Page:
What is a man most afraid of at home?
It may well be the humble washing machine, followed by the microwave and oven.
A survey of 2,000 British adults by electronics giant Samsung has found that 75 per cent of men are confused when using domestic appliances, compared with 39 per cent of women.
The most daunting task for the guys? Operating a washing machine - with nearly two-thirds of the men admitting to being completely stumped when trying to work out its settings and laundry care symbols.
When it came to washing labels like "do not tumble dry" and "delicate wet clean", men scored worse than women on nine out of 10 questions.
The other most dreaded tasks for men are defrosting food in the microwave (26 per cent) and cleaning the oven (24 per cent).
About seven in 10 men (73 per cent) admitted to dodging some domestic tasks as they are unsure what to do, and about half (54 per cent) revealed they are afraid to confess their lack of knowledge to their partners.
About three-quarters of all surveyed felt that there is a gender distinction for domestic tasks.
For example, respondents listed the stereotypical men's jobs as car maintenance, do-it-yourself jobs, fixing broken equipment and electronics, mowing the lawn, and outdoor chores. The poll revealed that a woman would be more associated with doing the laundry, cleaning and dusting, ironing, cooking, and vacuuming.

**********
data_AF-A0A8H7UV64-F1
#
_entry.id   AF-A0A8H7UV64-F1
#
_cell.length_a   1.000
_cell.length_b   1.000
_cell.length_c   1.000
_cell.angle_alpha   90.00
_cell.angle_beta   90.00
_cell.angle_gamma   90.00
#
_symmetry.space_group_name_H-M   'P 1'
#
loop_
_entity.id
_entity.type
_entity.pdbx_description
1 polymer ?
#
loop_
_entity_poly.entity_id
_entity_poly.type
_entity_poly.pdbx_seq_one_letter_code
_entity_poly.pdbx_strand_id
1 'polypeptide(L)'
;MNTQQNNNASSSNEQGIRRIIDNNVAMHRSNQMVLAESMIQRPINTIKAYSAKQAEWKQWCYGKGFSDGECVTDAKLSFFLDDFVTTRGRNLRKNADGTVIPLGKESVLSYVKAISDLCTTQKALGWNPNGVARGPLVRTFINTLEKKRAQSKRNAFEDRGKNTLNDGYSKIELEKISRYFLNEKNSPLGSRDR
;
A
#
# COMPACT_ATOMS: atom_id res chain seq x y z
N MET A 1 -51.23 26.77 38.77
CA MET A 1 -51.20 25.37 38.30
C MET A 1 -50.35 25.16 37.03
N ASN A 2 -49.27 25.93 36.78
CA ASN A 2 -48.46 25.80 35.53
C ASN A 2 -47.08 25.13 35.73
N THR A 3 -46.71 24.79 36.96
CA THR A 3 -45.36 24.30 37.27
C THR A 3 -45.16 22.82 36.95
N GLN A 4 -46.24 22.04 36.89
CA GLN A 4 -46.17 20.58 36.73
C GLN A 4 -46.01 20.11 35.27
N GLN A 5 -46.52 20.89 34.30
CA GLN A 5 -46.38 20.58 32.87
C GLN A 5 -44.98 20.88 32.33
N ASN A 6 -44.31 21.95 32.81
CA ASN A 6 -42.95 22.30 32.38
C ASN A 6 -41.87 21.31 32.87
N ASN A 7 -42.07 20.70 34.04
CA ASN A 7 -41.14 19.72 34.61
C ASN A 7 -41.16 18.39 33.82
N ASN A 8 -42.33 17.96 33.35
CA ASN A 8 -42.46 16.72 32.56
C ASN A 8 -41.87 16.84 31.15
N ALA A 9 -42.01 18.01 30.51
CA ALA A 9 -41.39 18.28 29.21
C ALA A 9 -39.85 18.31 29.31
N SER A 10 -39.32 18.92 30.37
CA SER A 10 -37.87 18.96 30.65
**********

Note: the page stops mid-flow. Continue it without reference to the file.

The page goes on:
However, the survey also found that men are still not too shabby when it comes to helping around the house. Men average 7.3 hours of domestic tasks a week, with women averaging 9.9 hours.
But there may be a reason why men are so spooked by some household chores - 60 per cent say they regularly have domestic disasters while doing simple chores.
Nearly half have turned a washing load to a different colour due to a stray item while washing white fabrics.
The survey is part of a marketing move for Samsung's home appliances. The campaign also involved installing some iconic Renaissance statues in central London, but with a twist.
Michelangelo's David is reimagined as Domestic David in a pair of boxers contemplating laundry symbols, while Rodin's The Thinker becomes The Clean Thinker mulling over the wash cycle.